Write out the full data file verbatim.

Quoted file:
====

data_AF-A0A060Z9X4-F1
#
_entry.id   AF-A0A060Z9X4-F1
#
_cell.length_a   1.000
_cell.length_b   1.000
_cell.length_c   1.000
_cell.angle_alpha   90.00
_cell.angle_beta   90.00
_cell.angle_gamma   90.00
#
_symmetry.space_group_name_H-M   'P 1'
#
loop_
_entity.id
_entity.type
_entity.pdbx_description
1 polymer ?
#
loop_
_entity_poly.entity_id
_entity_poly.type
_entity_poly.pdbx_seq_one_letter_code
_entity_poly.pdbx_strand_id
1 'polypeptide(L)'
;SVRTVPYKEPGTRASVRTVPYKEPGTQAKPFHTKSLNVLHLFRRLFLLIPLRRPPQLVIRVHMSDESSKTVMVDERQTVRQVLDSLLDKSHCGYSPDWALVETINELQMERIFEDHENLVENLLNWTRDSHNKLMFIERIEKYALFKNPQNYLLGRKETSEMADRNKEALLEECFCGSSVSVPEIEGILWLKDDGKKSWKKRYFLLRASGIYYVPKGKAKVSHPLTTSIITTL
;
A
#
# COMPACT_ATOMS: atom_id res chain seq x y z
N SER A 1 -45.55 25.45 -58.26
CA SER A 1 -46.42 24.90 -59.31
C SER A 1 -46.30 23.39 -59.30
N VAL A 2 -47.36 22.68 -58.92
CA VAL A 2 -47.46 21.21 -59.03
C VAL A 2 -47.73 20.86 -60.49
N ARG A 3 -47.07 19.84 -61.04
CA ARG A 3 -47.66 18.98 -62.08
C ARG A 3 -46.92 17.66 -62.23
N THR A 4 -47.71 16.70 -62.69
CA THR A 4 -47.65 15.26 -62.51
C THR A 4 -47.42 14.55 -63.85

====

data_AF-A0A060Z9X4-F1
#
_entry.id   AF-A0A060Z9X4-F1
#
_cell.length_a   1.000
_cell.length_b   1.000
_cell.length_c   1.000
_cell.angle_alpha   90.00
_cell.angle_beta   90.00
_cell.angle_gamma   90.00
#
_symmetry.space_group_name_H-M   'P 1'
#
loop_
_entity.id
_entity.type
_entity.pdbx_description
1 polymer ?
#
loop_
_entity_poly.entity_id
_entity_poly.type
_entity_poly.pdbx_seq_one_letter_code
_entity_poly.pdbx_strand_id
1 'polypeptide(L)'
;SVRTVPYKEPGTRASVRTVPYKEPGTQAKPFHTKSLNVLHLFRRLFLLIPLRRPPQLVIRVHMSDESSKTVMVDERQTVRQVLDSLLDKSHCGYSPDWALVETINELQMERIFEDHENLVENLLNWTRDSHNKLMFIERIEKYALFKNPQNYLLGRKETSEMADRNKEALLEECFCGSSVSVPEIEGILWLKDDGKKSWKKRYFLLRASGIYYVPKGKAKVSHPLTTSIITTL
;
A
#
# COMPACT_ATOMS: atom_id res chain seq x y z
N SER A 1 -45.55 25.45 -58.26
CA SER A 1 -46.42 24.90 -59.31
C SER A 1 -46.30 23.39 -59.30
N VAL A 2 -47.36 22.68 -58.92
CA VAL A 2 -47.46 21.21 -59.03
C VAL A 2 -47.73 20.86 -60.49
N ARG A 3 -47.07 19.84 -61.04
CA ARG A 3 -47.66 18.98 -62.08
C ARG A 3 -46.92 17.66 -62.23
N THR A 4 -47.71 16.70 -62.69
CA THR A 4 -47.65 15.26 -62.51
C THR A 4 -47.42 14.55 -63.85